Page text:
Future Shock is a 1972 documentary by Orson Welles. It is based on the 1970 Future Shock book by sociologist and futurist Alvin Toffler.
a cigar smoking Orson Welles who defines the term as follows:
“Future shock is a sickness which comes from too much change in too short a time; a feeling that nothing is permanent anymore; it’s the reaction to changes that happen so fast that we can’t absorb them, it’s the premature arrival of the future. For those who are unprepared its effects can be pretty devastating.”
Putting aside the strands of technophobia and the dystopian world that this 40 year old movie seems to depict, it is absolutely stunning how many things Toffler (and Welles) got right and how many more they are likely to get right. Let’s just look at some of the predictions about our world:
We live in a changing world where we have to make instant decisions with not only choice but also over-choice.
We have turned into an instant society consuming pre-cooked, pre-packaged, disposable products.
We live in an impermanent world where everything is transient. Over-stimulation is prevalent and many are turning ADD.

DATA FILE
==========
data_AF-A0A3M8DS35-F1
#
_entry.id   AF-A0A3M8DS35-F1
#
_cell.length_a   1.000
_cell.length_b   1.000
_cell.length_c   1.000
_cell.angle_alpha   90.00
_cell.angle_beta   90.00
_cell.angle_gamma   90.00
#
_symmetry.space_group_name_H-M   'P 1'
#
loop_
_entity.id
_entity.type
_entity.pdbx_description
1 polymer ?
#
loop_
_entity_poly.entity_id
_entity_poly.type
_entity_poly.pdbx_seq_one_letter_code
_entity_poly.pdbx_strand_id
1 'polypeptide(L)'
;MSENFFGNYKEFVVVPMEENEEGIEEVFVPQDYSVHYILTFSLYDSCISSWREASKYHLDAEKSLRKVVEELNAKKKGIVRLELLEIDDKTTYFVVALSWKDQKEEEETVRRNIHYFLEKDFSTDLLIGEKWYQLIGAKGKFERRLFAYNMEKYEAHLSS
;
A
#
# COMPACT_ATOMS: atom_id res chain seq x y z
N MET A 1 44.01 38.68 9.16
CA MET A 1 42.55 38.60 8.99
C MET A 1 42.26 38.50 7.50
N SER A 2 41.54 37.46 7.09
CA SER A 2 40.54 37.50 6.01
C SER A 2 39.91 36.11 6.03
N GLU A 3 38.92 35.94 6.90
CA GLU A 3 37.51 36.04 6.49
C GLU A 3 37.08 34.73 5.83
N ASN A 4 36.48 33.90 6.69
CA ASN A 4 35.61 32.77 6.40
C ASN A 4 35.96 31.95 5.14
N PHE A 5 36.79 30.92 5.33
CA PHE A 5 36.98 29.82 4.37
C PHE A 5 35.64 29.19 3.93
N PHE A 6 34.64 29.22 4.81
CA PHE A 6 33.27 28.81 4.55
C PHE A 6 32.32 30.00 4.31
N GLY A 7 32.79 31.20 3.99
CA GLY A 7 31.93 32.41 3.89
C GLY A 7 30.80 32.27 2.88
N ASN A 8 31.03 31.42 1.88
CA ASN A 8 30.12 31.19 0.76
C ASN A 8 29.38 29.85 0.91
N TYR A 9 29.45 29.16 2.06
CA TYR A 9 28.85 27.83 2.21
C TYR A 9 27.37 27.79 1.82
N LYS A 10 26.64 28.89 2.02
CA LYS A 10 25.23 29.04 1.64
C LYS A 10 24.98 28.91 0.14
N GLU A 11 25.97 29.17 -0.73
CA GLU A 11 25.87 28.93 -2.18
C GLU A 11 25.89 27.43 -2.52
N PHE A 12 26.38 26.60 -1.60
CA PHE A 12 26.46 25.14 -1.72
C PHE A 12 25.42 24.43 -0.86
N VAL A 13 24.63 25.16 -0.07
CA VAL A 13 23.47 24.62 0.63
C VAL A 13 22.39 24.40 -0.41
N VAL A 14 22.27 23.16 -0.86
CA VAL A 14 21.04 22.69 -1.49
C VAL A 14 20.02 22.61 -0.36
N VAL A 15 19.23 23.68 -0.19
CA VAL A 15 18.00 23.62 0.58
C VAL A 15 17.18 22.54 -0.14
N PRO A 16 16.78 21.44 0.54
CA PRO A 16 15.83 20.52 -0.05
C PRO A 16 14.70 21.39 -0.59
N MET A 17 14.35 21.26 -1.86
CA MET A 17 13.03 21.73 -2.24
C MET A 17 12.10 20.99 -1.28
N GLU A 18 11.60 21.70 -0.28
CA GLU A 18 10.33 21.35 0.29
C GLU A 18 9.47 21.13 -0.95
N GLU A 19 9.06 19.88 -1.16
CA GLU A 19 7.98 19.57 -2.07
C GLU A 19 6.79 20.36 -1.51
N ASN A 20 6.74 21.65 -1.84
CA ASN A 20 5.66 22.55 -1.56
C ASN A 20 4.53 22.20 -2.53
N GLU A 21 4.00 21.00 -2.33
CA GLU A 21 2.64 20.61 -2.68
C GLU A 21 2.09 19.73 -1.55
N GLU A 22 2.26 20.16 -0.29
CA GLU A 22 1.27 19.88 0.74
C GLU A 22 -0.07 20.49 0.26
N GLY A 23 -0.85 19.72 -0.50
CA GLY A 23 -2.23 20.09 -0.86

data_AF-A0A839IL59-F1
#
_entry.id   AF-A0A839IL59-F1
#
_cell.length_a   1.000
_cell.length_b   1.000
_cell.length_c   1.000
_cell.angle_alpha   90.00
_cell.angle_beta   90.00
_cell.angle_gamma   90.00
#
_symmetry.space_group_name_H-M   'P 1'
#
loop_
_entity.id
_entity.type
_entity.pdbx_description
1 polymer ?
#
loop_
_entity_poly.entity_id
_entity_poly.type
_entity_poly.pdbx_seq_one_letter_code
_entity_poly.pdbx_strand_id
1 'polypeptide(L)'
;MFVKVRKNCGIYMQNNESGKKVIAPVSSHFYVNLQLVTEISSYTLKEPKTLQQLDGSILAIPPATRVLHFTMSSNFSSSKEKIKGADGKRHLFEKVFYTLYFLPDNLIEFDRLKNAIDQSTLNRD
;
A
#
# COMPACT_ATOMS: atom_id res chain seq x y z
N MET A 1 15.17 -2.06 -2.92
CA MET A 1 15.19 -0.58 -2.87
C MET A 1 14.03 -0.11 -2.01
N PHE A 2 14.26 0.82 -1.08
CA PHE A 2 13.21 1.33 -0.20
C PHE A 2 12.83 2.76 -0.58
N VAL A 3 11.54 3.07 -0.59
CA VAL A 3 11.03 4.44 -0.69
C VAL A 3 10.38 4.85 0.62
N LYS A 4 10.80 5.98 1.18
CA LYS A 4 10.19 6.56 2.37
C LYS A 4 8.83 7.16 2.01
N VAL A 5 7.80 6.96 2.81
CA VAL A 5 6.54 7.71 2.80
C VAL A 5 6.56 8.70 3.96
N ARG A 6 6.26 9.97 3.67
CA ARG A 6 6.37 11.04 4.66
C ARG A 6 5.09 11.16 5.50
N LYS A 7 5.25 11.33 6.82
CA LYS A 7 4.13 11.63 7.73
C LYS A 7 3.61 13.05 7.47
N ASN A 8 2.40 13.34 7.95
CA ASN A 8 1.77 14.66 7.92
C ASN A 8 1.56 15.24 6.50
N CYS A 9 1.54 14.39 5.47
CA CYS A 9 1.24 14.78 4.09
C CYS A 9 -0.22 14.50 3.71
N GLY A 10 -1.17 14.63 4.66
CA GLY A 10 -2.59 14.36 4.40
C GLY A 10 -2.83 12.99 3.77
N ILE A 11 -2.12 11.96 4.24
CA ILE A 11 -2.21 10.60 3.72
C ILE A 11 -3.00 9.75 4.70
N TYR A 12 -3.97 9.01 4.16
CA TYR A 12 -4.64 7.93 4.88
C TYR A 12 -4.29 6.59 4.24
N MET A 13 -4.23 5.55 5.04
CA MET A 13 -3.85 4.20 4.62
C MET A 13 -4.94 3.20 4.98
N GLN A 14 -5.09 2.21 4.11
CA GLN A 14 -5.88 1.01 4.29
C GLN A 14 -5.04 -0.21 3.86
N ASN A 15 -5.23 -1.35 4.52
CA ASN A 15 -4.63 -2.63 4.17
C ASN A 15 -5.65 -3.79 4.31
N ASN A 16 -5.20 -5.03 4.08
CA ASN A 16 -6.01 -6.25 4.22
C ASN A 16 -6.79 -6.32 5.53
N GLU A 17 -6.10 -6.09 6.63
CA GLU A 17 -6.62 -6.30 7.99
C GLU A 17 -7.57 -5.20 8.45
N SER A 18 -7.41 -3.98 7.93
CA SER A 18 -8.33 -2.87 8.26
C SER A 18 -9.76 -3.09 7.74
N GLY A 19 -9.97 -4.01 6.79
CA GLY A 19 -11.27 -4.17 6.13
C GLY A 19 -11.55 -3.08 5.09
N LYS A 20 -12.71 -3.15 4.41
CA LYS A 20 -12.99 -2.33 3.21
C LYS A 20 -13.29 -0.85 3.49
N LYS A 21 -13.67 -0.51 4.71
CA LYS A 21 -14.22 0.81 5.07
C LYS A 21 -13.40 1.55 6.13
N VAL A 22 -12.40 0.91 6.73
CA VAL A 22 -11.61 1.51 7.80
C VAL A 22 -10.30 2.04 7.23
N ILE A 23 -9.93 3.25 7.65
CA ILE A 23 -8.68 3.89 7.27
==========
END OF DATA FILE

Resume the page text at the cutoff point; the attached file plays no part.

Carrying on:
We have transplanted organs, temporary body parts, plastic surgeries, bio-engineering, disposable and/or modular bodies, cryonics and cloning.
Artificial intelligence and space travel are advancing.
Accelerating change and escape thereof is impossible.
Clear symptoms of societies cracking under the pressure for change.
The movie ends with Alvin Toffler’s warning that:
“If we can recognize that industrialism is not the only possible form of technological society, if we can begin to think more imaginatively about the future, then we can prevent future shock and we can use technology itself to build a decent, democratic and humane society.” […] “We can no longer allow technology just to come roaring down at us. We must begin to say “No” to certain kinds of technology and begin to control technological change, because we have now reached the point at which technology is so powerful and so rapid that it may destroy us, unless we control it. But what is the most important is we simply do not accept everything; that we begin to make critical decisions about what kind of world we want and what kind of technology we want.”
While the term singularity has not been used anywhere in the movie, aren’t Toffler and Welles in essence talking about the technological singularity?
What can we learn from this film so that we use technology to build “the kind of world we want”?